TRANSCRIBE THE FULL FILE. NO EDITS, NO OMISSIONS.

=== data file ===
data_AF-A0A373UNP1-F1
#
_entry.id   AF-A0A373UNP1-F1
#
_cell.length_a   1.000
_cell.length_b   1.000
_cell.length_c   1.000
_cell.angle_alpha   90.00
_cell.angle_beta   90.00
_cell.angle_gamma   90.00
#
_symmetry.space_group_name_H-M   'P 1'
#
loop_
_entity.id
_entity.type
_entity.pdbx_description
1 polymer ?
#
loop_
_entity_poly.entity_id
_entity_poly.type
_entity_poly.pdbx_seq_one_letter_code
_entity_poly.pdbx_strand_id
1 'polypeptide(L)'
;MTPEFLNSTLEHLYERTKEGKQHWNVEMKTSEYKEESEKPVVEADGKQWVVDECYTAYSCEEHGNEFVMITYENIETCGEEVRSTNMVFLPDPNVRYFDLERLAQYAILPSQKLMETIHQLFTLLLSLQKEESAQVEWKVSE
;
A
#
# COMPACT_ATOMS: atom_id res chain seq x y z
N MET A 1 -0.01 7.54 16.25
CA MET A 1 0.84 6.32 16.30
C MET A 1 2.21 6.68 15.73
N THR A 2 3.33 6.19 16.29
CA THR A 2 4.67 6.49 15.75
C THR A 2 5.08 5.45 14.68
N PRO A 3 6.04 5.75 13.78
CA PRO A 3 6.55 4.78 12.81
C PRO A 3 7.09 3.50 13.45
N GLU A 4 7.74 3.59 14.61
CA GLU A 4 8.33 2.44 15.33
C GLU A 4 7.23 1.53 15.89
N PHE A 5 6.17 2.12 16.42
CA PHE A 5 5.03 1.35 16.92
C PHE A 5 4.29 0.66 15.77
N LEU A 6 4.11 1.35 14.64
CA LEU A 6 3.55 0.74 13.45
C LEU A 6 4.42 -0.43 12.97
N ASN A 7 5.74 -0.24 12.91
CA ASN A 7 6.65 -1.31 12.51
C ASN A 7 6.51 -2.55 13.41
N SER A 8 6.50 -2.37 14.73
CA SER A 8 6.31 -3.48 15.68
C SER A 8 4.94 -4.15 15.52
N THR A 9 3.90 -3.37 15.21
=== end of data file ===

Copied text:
data_AF-A0A373UNP1-F1
#
_entry.id   AF-A0A373UNP1-F1
#
_cell.length_a   1.000
_cell.length_b   1.000
_cell.length_c   1.000
_cell.angle_alpha   90.00
_cell.angle_beta   90.00
_cell.angle_gamma   90.00
#
_symmetry.space_group_name_H-M   'P 1'
#
loop_
_entity.id
_entity.type
_entity.pdbx_description
1 polymer ?
#
loop_
_entity_poly.entity_id
_entity_poly.type
_entity_poly.pdbx_seq_one_letter_code
_entity_poly.pdbx_strand_id
1 'polypeptide(L)'
;MTPEFLNSTLEHLYERTKEGKQHWNVEMKTSEYKEESEKPVVEADGKQWVVDECYTAYSCEEHGNEFVMITYENIETCGEEVRSTNMVFLPDPNVRYFDLERLAQYAILPSQKLMETIHQLFTLLLSLQKEESAQVEWKVSE
;
A
#
# COMPACT_ATOMS: atom_id res chain seq x y z
N MET A 1 -0.01 7.54 16.25
CA MET A 1 0.84 6.32 16.30
C MET A 1 2.21 6.68 15.73
N THR A 2 3.33 6.19 16.29
CA THR A 2 4.67 6.49 15.75
C THR A 2 5.08 5.45 14.68
N PRO A 3 6.04 5.75 13.78
CA PRO A 3 6.55 4.78 12.81
C PRO A 3 7.09 3.50 13.45
N GLU A 4 7.74 3.59 14.61
CA GLU A 4 8.33 2.44 15.33
C GLU A 4 7.23 1.53 15.89
N PHE A 5 6.17 2.12 16.42
CA PHE A 5 5.03 1.35 16.92
C PHE A 5 4.29 0.66 15.77
N LEU A 6 4.11 1.35 14.64
CA LEU A 6 3.55 0.74 13.45
C LEU A 6 4.42 -0.43 12.97
N ASN A 7 5.74 -0.24 12.91
CA ASN A 7 6.65 -1.31 12.51
C ASN A 7 6.51 -2.55 13.41
N SER A 8 6.50 -2.37 14.73
CA SER A 8 6.31 -3.48 15.68
C SER A 8 4.94 -4.15 15.52
N THR A 9 3.90 -3.37 15.21